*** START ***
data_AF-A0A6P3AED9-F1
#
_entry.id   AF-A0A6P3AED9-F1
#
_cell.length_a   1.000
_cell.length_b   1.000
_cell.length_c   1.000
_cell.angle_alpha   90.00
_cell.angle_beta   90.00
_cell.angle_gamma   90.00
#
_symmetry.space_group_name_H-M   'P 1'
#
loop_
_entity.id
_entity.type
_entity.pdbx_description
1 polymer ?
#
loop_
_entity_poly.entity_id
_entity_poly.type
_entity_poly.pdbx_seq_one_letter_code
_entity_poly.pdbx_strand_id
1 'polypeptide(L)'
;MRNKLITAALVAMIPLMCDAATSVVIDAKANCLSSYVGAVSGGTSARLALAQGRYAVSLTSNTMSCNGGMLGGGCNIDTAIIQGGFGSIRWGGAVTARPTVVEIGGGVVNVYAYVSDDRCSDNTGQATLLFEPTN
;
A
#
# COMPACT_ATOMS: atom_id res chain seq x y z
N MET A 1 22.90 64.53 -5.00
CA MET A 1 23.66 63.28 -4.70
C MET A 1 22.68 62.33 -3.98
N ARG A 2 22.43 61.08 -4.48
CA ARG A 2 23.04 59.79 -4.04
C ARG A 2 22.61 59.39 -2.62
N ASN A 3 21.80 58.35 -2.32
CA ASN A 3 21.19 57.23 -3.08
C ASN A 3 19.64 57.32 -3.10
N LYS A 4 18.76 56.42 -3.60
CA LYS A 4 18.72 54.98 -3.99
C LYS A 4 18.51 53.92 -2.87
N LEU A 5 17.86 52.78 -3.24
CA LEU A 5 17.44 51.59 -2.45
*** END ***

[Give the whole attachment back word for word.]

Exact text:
data_AF-A0A6P3AED9-F1
#
_entry.id   AF-A0A6P3AED9-F1
#
_cell.length_a   1.000
_cell.length_b   1.000
_cell.length_c   1.000
_cell.angle_alpha   90.00
_cell.angle_beta   90.00
_cell.angle_gamma   90.00
#
_symmetry.space_group_name_H-M   'P 1'
#
loop_
_entity.id
_entity.type
_entity.pdbx_description
1 polymer ?
#
loop_
_entity_poly.entity_id
_entity_poly.type
_entity_poly.pdbx_seq_one_letter_code
_entity_poly.pdbx_strand_id
1 'polypeptide(L)'
;MRNKLITAALVAMIPLMCDAATSVVIDAKANCLSSYVGAVSGGTSARLALAQGRYAVSLTSNTMSCNGGMLGGGCNIDTAIIQGGFGSIRWGGAVTARPTVVEIGGGVVNVYAYVSDDRCSDNTGQATLLFEPTN
;
A
#
# COMPACT_ATOMS: atom_id res chain seq x y z
N MET A 1 22.90 64.53 -5.00
CA MET A 1 23.66 63.28 -4.70
C MET A 1 22.68 62.33 -3.98
N ARG A 2 22.43 61.08 -4.48
CA ARG A 2 23.04 59.79 -4.04
C ARG A 2 22.61 59.39 -2.62
N ASN A 3 21.80 58.35 -2.32
CA ASN A 3 21.19 57.23 -3.08
C ASN A 3 19.64 57.32 -3.10
N LYS A 4 18.76 56.42 -3.60
CA LYS A 4 18.72 54.98 -3.99
C LYS A 4 18.51 53.92 -2.87
N LEU A 5 17.86 52.78 -3.24
CA LEU A 5 17.44 51.59 -2.45